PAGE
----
Category Archive: Fruit

  1. Berry Pie – The Taste of Summer

    Well here we are, it’s September. Late summer days are shortening already but I am hanging on for dear life to the still warm mornings and evenings, pretending that it will never turn cold again. It’s still boiling hot back home in Washington State in the beautiful Pacific Northwest after all! I have it in me to keep my head in the sand a little longer…

    This time of year in Washington, one of the top fruit growing states in the USA, you drive down a highway anywhere east of the Cascade Mountains and the road is lined with little stands selling summer fruits and berries. Buckets of bright red and blue line the fog line beckoning you in to spill juice down your front as you shovel in what you can’t wait to taste when you get home.

    I must say, I always recommend buying an extra punnet for the car. When I was a kid, I used to eat cherries and raspberries until my fingers turned pink and my tummy grumbled in protest. It was the absolute best!

    Now, what to do with those punnets you actually get home? Well don’t just turn it all to jam – make a pie of course!

    Berry pie is my absolute favourite summer dessert. Bursting with juicy flavour, natural sugars and a tang to balance every bite, I think it is the ticket to prolonged summer happiness.

    Serve it warm, just cooled from the oven, with a big scoop of vanilla ice cream and you have equal to the American dream on a plate. I made this back for the 4th of July, which I spent here in London yet again. Homesick? Yes!  But this sweet berry pie made me feel like I could smell the sparklers and hear the pop of fireworks all the way from home…

    cooling berry pie baking pastry homemade

    Berry Pie
    Serves 12


    1 quantity Double Rich Pie Crust

    1kg mix of blackberries, raspberries and blueberries

    50g caster sugar (if the berries are tart, add a bit extra)

    1 lemon, zested and juiced

    Pinch of salt

    50g plain flour

    1 tablespoon corn starch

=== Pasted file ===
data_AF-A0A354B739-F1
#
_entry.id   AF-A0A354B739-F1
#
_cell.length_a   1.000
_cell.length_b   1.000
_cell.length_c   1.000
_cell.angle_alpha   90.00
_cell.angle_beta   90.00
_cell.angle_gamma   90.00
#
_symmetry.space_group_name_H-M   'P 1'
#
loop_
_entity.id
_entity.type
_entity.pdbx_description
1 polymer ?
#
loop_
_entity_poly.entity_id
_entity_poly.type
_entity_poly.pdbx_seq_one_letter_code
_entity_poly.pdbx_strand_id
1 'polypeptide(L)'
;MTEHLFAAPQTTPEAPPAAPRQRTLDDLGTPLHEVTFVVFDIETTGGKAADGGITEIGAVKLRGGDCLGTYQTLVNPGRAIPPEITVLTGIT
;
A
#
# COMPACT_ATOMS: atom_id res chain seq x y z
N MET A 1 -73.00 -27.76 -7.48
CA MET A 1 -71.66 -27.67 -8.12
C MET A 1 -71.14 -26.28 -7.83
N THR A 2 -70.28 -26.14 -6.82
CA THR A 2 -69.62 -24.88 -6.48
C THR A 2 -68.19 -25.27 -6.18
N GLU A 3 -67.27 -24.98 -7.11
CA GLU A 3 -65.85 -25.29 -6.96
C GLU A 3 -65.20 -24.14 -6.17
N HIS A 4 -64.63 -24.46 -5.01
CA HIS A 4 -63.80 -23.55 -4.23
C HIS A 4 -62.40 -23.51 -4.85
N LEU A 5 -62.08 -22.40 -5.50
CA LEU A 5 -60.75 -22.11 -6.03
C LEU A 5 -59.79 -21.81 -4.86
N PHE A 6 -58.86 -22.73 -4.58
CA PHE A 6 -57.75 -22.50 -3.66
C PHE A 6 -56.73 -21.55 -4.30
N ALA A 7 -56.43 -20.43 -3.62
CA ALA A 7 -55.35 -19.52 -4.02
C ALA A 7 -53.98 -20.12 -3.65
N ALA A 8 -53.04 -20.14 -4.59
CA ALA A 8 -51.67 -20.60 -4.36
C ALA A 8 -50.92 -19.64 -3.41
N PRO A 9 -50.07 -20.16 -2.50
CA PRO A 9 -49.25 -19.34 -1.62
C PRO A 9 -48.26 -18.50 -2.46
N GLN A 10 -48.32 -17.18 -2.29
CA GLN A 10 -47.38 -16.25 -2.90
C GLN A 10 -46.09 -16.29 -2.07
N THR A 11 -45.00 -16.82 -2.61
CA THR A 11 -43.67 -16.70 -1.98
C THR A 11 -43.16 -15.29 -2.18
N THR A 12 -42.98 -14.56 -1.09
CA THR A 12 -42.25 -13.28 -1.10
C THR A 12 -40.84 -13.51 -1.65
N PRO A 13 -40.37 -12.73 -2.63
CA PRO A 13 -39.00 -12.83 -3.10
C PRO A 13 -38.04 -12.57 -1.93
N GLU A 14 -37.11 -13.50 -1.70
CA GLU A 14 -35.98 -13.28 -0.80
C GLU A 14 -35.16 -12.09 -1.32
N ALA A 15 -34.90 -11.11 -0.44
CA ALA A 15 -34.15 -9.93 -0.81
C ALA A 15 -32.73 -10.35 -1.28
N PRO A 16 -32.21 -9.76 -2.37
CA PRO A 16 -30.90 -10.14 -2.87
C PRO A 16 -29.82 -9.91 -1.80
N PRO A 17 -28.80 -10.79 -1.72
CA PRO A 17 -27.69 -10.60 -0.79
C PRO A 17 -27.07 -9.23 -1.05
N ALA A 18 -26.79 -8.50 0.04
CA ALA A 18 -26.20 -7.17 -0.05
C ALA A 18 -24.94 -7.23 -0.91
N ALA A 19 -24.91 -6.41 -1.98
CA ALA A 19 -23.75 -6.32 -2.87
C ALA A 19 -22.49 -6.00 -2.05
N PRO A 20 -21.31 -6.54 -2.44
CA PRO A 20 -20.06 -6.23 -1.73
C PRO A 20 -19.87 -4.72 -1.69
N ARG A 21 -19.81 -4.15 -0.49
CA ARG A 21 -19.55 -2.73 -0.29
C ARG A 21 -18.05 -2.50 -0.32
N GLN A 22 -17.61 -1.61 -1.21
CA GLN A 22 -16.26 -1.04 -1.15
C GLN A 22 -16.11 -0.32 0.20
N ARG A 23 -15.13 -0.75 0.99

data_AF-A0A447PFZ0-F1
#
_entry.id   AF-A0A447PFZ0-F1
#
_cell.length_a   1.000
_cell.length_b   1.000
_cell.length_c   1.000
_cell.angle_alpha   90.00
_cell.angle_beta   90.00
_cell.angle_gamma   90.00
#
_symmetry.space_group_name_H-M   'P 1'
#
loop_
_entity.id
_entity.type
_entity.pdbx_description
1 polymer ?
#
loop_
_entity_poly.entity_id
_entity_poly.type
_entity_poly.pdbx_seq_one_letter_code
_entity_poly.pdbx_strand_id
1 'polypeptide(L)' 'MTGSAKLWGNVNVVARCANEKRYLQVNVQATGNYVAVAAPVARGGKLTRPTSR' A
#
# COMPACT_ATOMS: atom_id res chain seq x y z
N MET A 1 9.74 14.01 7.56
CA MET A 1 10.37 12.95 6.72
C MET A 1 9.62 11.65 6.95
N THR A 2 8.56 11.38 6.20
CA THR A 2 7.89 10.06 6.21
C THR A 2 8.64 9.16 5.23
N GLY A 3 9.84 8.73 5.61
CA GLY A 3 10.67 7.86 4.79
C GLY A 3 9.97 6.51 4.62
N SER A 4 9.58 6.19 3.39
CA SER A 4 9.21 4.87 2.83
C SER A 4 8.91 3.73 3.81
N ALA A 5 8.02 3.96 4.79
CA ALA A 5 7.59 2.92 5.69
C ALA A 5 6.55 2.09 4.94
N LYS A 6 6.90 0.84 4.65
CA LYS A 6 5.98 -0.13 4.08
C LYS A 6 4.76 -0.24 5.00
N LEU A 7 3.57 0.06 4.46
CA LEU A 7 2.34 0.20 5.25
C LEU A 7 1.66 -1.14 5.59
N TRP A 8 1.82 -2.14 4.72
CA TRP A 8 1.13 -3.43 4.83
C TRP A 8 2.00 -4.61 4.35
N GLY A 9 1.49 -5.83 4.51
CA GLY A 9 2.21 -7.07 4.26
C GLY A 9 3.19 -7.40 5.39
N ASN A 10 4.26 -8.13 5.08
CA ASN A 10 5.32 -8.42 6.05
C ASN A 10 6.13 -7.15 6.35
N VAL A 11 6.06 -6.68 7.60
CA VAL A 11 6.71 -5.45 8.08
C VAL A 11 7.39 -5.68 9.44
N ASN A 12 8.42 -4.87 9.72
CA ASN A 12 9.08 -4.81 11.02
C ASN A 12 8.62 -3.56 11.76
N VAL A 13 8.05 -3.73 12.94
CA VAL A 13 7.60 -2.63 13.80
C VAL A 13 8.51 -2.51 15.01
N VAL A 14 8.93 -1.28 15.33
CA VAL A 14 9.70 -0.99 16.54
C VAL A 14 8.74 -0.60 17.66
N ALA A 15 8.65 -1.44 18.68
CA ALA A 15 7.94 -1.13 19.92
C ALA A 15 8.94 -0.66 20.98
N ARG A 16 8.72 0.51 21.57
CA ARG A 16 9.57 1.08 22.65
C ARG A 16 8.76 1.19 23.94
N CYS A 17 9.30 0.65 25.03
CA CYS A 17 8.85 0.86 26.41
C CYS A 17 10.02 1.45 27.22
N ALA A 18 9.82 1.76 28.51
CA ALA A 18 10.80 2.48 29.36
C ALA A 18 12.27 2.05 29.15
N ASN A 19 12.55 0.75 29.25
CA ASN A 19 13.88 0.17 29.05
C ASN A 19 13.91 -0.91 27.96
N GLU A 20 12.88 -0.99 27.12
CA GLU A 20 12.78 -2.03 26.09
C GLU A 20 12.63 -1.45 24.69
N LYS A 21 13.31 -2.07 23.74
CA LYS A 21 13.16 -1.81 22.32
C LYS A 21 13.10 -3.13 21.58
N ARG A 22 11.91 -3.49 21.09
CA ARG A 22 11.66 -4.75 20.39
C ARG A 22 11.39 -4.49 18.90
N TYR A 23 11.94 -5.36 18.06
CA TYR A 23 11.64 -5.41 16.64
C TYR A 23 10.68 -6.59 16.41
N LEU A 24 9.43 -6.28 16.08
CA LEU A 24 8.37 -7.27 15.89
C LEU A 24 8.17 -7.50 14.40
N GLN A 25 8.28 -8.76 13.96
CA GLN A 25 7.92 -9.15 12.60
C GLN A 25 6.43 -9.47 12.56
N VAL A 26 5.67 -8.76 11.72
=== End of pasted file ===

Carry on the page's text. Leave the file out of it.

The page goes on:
2 tablespoons butter, cubed


    Preheat the oven to 190°c/375°f . You will need a 28cm/12inch fluted pie tin, preferably with a removable bottom.

    Start by making the pastry then form it into two flattened disks and put it in the fridge to chill for at least 30 minutes to rest.

    In a large bowl, mix together the berries, sugar, lemon juice and zest, salt and the flours and allow to sit while you roll out the pie dough.

    Roll out one disk to line the bottom of the pie case. Press the dough neatly into the corners of the case so that you get neat bottom corners when you remove it for serving and roll off the over hanging dough with your rolling pin to neaten up the top edges. Please this in the fridge while you roll out the second disk.

    Roll the second disk out on a very well flour surface. Cut evenly sized strips out of the dough, making sure you can easily move them from the surface as any pulling will stretch the strips and make them irregular. Pour in the filling and begin the lattice. Starting from the center of the round and then use ever other strip going outwards. You should be following the same shape of the circle over the pie. and moving outwards on each side.

    lattice pie pastry berry summer baking

    If the pastry dough has warmed up a little too much, put the whole pie in the freezer for 5 minutes. You want the pastry to be cold as possible before baking so it comes out short and crisp.

    Bake the pie for a good 45 minutes on the middle shelf at 190°c/375°f for 30 minutes, check the top to make sure it doesn’t over brown and cook it for a further 15 minutes, turn the temperature down to 170°c/340°c if it’s getting a little too golden to keep it at a high temperature.  I find it useful to put a square of tin foil over the top of the pie during the remaining cooking time if it starts to go too brown to early. You want to cook it the whole way through to make sure the bottom crust is done.

    berry pie a la mode

    Allow the tart to cool down enough to handle and then carefully lift it out of the tin and slide it off the base onto a serving plate. This step is best done while the pastry is still quite warm, else it will stick to the case and break.

    Berry pie is the absolute best served a la mode with good vanilla ice cream and shared with friends. Just make sure to reserve a slice for tomorrow’s breakfast… you won’t regret it.

    (Thank you to my dear friend Sian Henley for the lovely photo at the beginning of this post. I was too busy pouring fourth of July punch and forgot to snap one before we sliced it!)

  2. Hot Cross Buns

    Easter is almost here and I carry on wishing that fabulously silly Easter hats a la Steel Magnolias might be deemed appropriate attire anywhere outside the deep south of the USA … but alas. I’ll just comfort myself with other things, like gargantuin chocolate bunnies, jelly beans, coloured eggs and everything Cadbury’s. I really do love this holiday because even for the non-religious it’s just pagan enough for everyone to enjoy.